Amita Shah, a carer's specialist nurse
"It is my work with carers and colleagues who work with carers which keeps me “grounded” and full of hope for the future of the carers’ agenda..."
The invitation to do a write up for Afiya came about completely accidentally. I was at a Carers UK organised event on personalisation and heard a BAME [Black, Asian and Minority Ethnic] carer speak about her experience as a carer and her journey through the personalisation process. I was struck by her confidence and sheer resoluteness in wanting the best for the person she cares for. She mentioned Afiya as an organisation that had helped her through her transition from being an isolated carer to a confident, articulate woman who wanted to now be in a position to share and “give back” to the community of carers. For me this “self-lessness” is the most remarkable characteristic and gives me the impetus to remain focused on my work to improve carers’ health and well-being.
I work as a carer’s specialist nurse in Barnet. As far as I am aware this is a unique role. I am a qualified registered nurse with many years experience working as a District Nurse in the Community. In my current role in Barnet I work alongside the GP surgeries, the local authority and the local carer centre and other voluntary sector organisations. It is my professional awareness of the health service that provides a strong link between the agencies and allows for integrated working to enable the carers’ journey to be seamless. As my work is recognised I am getting more and more referrals from my medical colleagues.
I have an active case load and receive on average 15 new referrals in a month; a carer can remain on the caseload from six weeks to up to six months. The profile is mostly of carers who are looking after people with long term conditions such as Parkinson’s, Multiple Sclerosis, Motor Neurone Disease and Dementia. Former carers are signposted to local voluntary organisations and benefit from ongoing networking and often become volunteers themselves.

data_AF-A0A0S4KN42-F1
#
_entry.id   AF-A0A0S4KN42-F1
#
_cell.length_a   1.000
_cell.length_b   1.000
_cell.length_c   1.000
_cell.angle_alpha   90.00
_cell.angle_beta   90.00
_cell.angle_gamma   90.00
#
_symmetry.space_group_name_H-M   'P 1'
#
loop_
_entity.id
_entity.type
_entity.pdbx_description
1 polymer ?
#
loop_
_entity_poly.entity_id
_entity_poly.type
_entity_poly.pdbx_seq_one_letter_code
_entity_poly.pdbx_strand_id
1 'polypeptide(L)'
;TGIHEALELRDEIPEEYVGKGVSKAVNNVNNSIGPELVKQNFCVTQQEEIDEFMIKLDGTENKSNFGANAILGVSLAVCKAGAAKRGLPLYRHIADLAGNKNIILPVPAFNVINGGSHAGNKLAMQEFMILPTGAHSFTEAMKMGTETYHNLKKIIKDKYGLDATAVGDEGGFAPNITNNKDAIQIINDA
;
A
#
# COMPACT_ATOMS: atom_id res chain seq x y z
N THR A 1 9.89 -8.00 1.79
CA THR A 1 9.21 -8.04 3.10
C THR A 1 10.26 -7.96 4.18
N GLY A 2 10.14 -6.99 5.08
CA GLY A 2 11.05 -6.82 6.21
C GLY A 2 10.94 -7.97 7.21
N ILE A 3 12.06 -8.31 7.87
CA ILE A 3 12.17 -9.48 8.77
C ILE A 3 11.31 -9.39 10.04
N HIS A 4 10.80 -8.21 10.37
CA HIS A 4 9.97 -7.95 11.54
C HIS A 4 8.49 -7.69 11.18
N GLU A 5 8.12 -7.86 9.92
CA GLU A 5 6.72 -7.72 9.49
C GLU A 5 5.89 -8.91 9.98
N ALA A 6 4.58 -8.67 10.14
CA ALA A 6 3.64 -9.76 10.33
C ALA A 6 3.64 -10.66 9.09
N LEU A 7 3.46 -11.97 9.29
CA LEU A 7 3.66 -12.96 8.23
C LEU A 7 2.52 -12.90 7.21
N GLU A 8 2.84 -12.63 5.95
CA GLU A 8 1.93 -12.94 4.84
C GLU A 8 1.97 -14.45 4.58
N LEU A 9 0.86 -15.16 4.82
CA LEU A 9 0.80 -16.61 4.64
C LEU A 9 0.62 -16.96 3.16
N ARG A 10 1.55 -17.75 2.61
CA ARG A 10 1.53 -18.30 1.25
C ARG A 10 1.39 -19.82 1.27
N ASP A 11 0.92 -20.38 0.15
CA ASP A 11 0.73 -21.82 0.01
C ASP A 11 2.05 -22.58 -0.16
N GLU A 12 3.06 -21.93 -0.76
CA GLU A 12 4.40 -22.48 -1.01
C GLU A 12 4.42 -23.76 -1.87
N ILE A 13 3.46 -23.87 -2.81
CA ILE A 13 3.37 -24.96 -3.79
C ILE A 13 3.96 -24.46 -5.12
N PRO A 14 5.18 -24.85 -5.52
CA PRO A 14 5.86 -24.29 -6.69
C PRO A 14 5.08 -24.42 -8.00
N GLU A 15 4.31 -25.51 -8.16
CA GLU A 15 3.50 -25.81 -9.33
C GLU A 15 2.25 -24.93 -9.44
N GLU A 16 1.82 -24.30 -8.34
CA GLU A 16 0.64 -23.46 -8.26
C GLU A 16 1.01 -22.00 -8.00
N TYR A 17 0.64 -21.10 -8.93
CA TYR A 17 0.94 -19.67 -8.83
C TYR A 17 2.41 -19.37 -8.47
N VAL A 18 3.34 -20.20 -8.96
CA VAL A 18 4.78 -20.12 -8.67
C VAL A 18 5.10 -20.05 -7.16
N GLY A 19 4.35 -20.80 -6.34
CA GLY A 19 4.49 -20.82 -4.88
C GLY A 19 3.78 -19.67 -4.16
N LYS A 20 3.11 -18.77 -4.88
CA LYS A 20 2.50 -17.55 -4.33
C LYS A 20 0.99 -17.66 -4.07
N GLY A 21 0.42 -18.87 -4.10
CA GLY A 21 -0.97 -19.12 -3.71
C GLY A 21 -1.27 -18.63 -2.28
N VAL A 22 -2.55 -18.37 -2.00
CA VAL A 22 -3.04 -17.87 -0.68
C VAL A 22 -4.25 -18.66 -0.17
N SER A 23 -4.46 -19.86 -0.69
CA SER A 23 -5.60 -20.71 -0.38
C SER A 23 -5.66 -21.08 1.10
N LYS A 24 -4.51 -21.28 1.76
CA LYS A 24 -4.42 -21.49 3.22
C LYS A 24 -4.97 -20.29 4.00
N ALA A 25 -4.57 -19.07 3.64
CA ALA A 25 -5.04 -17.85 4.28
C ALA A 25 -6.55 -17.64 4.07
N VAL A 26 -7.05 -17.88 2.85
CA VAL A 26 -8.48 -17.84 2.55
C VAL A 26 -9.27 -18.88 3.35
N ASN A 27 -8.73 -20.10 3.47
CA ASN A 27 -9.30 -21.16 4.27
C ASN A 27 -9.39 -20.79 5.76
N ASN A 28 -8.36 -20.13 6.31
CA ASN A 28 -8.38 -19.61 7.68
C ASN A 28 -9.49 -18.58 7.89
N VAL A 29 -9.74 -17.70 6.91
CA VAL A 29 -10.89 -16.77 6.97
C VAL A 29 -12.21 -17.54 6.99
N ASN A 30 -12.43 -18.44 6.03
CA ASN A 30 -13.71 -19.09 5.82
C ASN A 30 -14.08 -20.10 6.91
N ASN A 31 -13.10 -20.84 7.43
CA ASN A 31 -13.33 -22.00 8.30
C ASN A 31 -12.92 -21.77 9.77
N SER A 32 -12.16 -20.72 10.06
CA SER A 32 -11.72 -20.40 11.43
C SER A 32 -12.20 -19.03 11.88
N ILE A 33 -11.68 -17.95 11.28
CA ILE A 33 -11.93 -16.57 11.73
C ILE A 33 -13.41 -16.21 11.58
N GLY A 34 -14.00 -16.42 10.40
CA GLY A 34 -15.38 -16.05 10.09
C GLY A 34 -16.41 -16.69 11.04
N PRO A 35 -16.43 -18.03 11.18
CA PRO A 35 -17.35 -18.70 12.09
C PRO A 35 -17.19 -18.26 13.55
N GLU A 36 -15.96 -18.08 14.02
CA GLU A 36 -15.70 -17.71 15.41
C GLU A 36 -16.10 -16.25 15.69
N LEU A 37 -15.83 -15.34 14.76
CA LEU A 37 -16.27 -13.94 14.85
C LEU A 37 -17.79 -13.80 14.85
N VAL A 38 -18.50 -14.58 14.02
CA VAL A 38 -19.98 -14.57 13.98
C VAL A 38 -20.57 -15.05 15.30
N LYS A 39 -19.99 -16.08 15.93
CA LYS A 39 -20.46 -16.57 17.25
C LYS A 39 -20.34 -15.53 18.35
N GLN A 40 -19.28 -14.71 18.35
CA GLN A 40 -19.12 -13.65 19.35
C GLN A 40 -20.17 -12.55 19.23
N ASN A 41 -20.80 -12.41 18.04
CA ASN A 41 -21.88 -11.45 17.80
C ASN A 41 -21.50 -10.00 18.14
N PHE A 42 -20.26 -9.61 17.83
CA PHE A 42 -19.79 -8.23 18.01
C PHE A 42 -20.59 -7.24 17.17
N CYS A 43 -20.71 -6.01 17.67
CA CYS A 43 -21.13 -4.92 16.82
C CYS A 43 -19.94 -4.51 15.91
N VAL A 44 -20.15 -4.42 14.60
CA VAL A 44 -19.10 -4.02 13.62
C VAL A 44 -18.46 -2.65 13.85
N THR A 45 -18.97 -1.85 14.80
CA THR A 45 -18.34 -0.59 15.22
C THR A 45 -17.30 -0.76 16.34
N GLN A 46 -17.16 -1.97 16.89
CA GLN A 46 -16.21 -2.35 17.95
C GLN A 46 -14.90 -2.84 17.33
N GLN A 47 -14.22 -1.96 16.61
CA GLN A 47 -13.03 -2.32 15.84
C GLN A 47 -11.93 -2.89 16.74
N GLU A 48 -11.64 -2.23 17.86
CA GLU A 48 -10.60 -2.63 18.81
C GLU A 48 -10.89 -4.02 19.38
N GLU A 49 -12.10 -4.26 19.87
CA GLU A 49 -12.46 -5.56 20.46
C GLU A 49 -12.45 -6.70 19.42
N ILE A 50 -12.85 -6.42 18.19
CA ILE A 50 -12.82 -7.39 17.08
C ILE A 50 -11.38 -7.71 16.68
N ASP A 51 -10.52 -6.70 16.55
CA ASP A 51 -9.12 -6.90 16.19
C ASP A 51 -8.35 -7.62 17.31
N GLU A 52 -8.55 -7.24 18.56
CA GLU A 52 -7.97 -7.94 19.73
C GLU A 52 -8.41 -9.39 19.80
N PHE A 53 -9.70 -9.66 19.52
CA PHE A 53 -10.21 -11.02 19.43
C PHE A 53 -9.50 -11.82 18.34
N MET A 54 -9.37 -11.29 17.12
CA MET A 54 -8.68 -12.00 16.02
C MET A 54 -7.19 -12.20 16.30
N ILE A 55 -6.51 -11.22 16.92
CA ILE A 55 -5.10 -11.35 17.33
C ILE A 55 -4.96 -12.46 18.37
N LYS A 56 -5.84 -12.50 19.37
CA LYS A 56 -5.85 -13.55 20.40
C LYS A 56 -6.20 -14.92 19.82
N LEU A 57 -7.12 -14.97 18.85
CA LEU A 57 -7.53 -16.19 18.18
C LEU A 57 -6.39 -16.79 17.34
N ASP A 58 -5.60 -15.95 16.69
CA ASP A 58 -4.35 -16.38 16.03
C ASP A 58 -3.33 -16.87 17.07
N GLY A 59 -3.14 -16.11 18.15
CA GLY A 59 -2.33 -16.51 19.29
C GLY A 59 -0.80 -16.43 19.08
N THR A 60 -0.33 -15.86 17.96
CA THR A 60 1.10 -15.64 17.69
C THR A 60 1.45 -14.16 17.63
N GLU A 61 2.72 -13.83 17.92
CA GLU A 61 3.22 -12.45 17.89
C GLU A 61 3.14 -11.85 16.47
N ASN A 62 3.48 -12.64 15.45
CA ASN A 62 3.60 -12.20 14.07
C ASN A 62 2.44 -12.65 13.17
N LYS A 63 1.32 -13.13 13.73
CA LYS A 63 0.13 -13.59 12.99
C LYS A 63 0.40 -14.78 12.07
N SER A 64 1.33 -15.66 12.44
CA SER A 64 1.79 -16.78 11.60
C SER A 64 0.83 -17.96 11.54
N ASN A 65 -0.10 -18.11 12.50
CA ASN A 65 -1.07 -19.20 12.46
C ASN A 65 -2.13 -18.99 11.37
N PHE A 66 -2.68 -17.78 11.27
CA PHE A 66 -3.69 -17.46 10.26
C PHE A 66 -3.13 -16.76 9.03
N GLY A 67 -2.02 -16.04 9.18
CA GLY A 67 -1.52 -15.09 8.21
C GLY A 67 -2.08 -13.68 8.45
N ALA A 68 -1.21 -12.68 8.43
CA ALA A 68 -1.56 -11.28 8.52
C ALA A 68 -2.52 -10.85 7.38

A typical morning would include two or three home visits to carry out holistic nursing assessments. In many instances this might be the first chance for the carer to discuss their concerns and anxieties with a professional. For this reason a home visit can take up to two hours to do the first assessment. Following the assessment a care plan would be agreed and the carer would be referred onto either GP or social services support or sign posted to voluntary organisations support services as appropriate. The fact that I am a clinician enables me to engage with local GPs in a way that non clinicians would find difficult. The carers find this opportunity to “talk” most beneficial as a form of emotional support. I have a basic knowledge of counselling; and would refer carers onto formal counselling services if appropriate.
The afternoons are set aside to facilitate carer support groups. There is a monthly group for carers for older adults, carers of people with mental health conditions, carers of people with physical disability as well as for carers of people with dementia and people with Parkinson’s disease.
As well as working directly with carers to identify and maintain their physical and emotional health issues, I am involved in training professionals in carer awareness and setting up specific training for carers. I attend strategic meetings to represent carers’ issues across health and social care.
Building trust with carers and gaining credibility amongst professional colleagues enables me to provide a much needed service which the carers find invaluable.
Some of the highlights of my career working with carers have been the opportunity to share this work at an International Carers Conference in Leeds which was held last year. I used this platform to raise carer awareness amongst some very influential delegates. In 2008 I was nominated by one of my carers for the Patients Choice Nurse of the Year Award and received a commendation for my work with carers. I have also received the Barnet PCT "Employee of the Year" Award.
It is my work with carers and colleagues who work with carers that keeps me “grounded” and full of hope for the future of the carers’ agenda. I am in the process of working with the local BAME networks to identify hidden carers in this group and have linked up with the local carer centre to map out local issues.
My vision for the future is to see more carer's nurse specialist roles embedded into the new integrated health and social care services.